After an overnight trip to the Golden Temple in Amritsar, R.K. Moudgil of the Sector 37 Chandigarh Senior Citizens’ Brotherhood, said, “Each and every person was personally helped and we were quite comfortable during the trip as if our own sons were with us.” The 46 elders on the tour belonged to two senior citizens’ associations in Chandigarh and an old age home in Mohali.

In Kochi, the elders on a day-trip had to be initially cajoled into participatory activities by the organisers. As the tour progressed they let go of their inhibitions. Energetically singing, joking and laughing as they went from a butterfly park to a cattle-breeding farm to a church and the Athirapally Falls in the Sholayar range forests, the elderly women in the group even broke into an impromptu jig of the folk dance Mudiyattu.

“There is no question of feeling tired because the enjoyment is making us feel energetic,” said P.R. Srinivas, resident of the old age home Ashakta Poshak Sabha during a tour to Mysore.

Like him, most elders return with greater self-confidence. The bonding created with others on the tour is motivating. Sixty-five-year-old Md Musa Ansari from Patna, who had never stepped out of home, felt transformed after the two-day trip to Bodhgaya and Nalanda. He now regularly meets his new friends who belong to various senior citizens’ associations, even volunteering to assist elders in distress in his locality.

The pursuit of a meaningful and independent life for elders who often complain time hangs heavy on their hands is changing the traditional concept of free-pay old age homes. Dr. Pravat Mandal, Professor, National Brain Research Centre (NBRC), Manesar, points out, “With people living longer, a new model of ‘active ageing’ needs to be developed to prevent the rise of diseases like Alzheimer’s.”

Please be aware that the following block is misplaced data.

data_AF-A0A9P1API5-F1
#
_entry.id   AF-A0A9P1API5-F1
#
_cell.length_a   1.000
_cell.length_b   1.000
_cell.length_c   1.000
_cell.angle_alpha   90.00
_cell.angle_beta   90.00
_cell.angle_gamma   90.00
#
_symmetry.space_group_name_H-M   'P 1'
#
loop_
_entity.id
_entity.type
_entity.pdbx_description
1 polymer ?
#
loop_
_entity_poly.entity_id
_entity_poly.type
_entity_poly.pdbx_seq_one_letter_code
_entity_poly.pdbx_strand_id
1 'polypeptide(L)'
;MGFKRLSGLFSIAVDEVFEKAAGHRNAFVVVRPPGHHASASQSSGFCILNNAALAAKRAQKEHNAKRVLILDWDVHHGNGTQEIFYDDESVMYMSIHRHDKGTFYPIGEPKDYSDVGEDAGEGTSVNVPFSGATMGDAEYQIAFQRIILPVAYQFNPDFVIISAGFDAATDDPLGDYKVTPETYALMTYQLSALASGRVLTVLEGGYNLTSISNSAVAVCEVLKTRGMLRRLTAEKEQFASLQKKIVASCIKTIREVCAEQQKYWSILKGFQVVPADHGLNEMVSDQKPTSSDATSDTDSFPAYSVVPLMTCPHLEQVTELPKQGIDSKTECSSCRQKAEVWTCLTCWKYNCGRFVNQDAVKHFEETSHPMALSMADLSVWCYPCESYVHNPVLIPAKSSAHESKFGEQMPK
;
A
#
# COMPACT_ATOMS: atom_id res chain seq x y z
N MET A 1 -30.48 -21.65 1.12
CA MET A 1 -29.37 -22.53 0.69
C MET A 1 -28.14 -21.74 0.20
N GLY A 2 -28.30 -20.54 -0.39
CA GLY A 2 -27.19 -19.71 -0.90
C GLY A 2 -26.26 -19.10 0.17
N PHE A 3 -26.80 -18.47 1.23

Thus, the Tamairakulam Elders Village (TEV) in Cuddalore and Kalyan Ashram in Kolkata have standards of care for elder persons based on well thought out concepts of encouraging independence and productivity. TEV’s 100 residents are a careful mix of working, assisted and dependent elders. Residents grow crops, rear cattle and earn their own livelihoods in many ways. A community ethos has been recreated. Village-like dwellings combine spaces that are common, those that are semi-covered but interactive, private indoor spaces and also attached shelters for livestock.

Nor do these new age homes isolate themselves. Residents are not ‘shut in’. Elders self help groups of surrounding villages select destitute elders as residents. Local communities and panchayats are linked with TEV activities and residents participate in festivities and programmes of nearby towns and villages.

In Kolkata’s small Kalyan Ashram, the 20 women residents take part in inter generational activities such as the Loreto College festival. They integrate seamlessly with the cultural life of Kolkata, joining singing competitions and putting up stalls to sell handcrafted items in various fairs. Daily hobby and handicraft lessons and group exercises guided by professionals leave these women little time to brood on ill health or misfortune.